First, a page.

Good Track, Bad Track?

This year, I’ve had the opportunity to play more golf courses than usual.

Through travel, assignments, a few tournaments and one of the courses at my home club being closed for renovation, I’ve had the chance to play (and rate for Golfweek) some interesting courses, old and new and begun to define what (for me) makes a golf course enjoyable or not.

As golf enthusiasts, we all aspire to play those courses that are highly rated or that have hosted professional tournaments. Many of them are quite good. However, I’ve come up with my own criteria for what makes a golf course special.

One characteristic that I look for is walkability. As one who enjoys walking a golf course, those that were designed for carts seem to change the pace and flow of the game. Certainly, there are some great courses where carts are needed because of terrain or distance, but walking is a big part of the game and many players are willing to pay the same fee to walk. The visual aspect of golf is sometimes forgotten when courses have lots of blind tee shots or approaches where the player can’t see much or any of the green surface. Blind hazards are somewhat annoying and where possible should be eliminated. Basically, if a golf course can be walked, is visually pleasing, has ample room to play and presents interest through a variety of well-placed hazards and shots, and is in good playing condition it’s usually fun to play. Many players simply judge a course by the quality of its putting surfaces.

There’s a point, however where economics enters the discussion with golf course design. As my good friend, Brad Klein (Author of Wide Open Fairways)says “Throughout the 1980s and 1990s, the U.S. golf industry was based on a constitutive myth of difficulty and championship quality. Unfortunately, this represents an infinitesimal share of the actual golf market and has nothing to do with who actually plays golf, enjoys golf and pays for golf. The clubs that do well in today’s highly competitive, over-supplied golf market (especially on the private club side) are those that have a unique design identity, an active women’s program, thriving junior programs, have flexible courses and good practice ranges.” Don’t get me wrong, I love the challenge of a difficult and demanding golf course. It’s fun to see what you can do, but the game is hard enough and we need new players and need them to stick with the game. It needs to be more fun, right from the start. If that happens, more clubs and golf courses will achieve economic success.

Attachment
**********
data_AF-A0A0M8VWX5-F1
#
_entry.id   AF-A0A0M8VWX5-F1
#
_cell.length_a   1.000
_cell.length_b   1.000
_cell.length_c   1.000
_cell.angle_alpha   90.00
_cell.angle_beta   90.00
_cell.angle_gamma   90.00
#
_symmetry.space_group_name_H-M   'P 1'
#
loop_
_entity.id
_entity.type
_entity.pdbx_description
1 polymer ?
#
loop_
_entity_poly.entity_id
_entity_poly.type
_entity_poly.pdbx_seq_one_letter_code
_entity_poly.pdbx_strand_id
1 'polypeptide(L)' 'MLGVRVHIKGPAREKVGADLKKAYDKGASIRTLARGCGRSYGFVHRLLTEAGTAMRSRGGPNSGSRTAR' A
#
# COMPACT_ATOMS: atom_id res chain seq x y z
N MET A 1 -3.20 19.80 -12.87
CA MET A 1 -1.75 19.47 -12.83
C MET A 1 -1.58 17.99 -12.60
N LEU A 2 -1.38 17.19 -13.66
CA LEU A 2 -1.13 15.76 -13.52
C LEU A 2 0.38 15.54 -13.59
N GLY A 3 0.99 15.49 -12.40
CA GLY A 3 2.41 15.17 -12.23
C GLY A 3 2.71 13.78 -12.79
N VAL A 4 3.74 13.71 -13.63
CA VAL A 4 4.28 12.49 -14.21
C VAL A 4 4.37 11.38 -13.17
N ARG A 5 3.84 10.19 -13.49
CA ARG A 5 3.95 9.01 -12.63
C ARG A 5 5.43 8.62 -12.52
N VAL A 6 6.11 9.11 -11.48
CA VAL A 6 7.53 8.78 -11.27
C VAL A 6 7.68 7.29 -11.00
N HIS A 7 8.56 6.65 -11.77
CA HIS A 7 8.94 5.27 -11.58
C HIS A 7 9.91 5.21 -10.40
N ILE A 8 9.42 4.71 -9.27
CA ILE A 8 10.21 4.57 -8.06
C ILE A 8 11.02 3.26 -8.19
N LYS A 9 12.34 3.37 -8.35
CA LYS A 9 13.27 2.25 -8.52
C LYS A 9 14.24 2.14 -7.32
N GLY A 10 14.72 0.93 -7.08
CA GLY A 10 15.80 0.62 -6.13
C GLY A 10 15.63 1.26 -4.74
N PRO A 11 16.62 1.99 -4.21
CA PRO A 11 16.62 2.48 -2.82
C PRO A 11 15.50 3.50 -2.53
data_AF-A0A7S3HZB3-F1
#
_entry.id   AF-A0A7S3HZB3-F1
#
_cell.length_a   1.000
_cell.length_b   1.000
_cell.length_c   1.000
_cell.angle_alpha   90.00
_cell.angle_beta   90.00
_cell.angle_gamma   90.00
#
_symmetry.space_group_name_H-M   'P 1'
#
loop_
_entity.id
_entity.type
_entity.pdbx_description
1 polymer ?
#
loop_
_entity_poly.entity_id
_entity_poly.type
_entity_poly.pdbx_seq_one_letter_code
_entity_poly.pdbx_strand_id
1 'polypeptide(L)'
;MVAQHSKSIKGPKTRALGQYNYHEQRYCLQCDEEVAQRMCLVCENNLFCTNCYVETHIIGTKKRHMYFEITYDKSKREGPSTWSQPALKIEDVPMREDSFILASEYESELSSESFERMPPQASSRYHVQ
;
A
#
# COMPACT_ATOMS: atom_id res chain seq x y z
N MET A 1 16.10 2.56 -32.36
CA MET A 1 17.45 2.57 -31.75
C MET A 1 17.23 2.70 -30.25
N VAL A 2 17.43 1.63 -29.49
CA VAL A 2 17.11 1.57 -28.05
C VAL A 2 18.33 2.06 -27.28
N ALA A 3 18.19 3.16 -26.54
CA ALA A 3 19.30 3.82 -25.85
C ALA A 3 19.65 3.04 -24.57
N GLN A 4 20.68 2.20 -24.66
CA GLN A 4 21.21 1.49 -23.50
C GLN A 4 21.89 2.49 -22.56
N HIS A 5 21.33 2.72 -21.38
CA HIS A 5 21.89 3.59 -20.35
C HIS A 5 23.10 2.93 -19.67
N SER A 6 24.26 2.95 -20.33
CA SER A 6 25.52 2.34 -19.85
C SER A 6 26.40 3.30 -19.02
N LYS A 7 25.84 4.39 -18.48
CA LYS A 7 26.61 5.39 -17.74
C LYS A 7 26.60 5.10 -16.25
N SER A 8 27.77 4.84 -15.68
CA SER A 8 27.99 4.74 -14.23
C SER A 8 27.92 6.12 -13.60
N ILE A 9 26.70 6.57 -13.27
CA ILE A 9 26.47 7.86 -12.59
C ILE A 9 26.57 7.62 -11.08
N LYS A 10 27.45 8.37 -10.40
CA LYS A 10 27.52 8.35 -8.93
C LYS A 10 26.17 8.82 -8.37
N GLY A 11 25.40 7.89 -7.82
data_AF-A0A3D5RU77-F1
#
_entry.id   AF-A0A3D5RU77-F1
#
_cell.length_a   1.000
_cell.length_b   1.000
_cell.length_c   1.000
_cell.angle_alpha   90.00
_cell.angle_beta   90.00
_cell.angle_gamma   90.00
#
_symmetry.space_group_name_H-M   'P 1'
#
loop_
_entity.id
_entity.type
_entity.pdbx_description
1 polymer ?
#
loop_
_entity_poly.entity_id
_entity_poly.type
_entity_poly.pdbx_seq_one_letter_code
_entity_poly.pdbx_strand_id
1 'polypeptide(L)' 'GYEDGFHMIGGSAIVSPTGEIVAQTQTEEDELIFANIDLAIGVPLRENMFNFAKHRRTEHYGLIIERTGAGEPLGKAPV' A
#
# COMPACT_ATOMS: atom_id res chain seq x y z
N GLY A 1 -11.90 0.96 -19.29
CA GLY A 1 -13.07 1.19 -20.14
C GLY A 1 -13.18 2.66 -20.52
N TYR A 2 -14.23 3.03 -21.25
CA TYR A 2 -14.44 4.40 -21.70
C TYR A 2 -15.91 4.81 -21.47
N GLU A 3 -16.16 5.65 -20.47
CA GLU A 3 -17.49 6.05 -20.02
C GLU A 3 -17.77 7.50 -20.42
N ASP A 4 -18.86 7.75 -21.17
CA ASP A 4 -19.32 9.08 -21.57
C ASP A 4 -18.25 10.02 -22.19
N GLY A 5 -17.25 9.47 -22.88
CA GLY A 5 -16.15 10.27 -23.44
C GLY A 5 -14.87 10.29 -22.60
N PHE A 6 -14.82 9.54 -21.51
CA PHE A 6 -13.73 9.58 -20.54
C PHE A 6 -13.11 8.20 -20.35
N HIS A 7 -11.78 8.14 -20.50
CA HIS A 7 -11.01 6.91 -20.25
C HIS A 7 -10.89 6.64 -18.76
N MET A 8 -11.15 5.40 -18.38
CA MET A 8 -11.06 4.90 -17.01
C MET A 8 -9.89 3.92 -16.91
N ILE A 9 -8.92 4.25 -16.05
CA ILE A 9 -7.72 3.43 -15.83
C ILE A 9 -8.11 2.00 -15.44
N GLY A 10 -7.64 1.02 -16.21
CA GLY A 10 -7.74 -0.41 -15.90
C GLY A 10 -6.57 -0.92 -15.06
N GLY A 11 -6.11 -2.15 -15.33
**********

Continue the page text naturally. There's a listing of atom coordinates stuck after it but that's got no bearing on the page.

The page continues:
A few months ago I wrote that we in the golf industry need to invite new golfers out to play. This past weekend, I took my daughter (who plays very infrequently) and her boyfriend (Ran, who’d never played) to a short, nine hole course. Ran is a good athlete (basketball) and even then, struggled with the game. He had fun, but looks forward to a trip to the practice range now. Imagine what it would’ve been like if I took him to a 7,300 yard monster and said “let’s play the tips”! I know of a few clubs that either failed or struggle because they were unwilling to develop practice and learning areas and don’t have forward tees for beginners.

The statistics and the logic is clear to see. The number of players is flat or declining and the game needs to make learning more fun and easier. Even those championship courses can be easily converted through more teeing areas, and bigger, better practice areas that will encourage people to take up the game. We only need to explain how to move along at a good pace, how to take care of the course and make it more fun. A couple years back, I wrote an article about dress codes and cell phones, among other areas where rules could be revisited. Many of these issues can be reconsidered and modified without compromising golf’s rich traditions as “a gentleman’s game”. If we can make more people comfortable in our game, more will try it and more will stick with it. That would be good for everyone.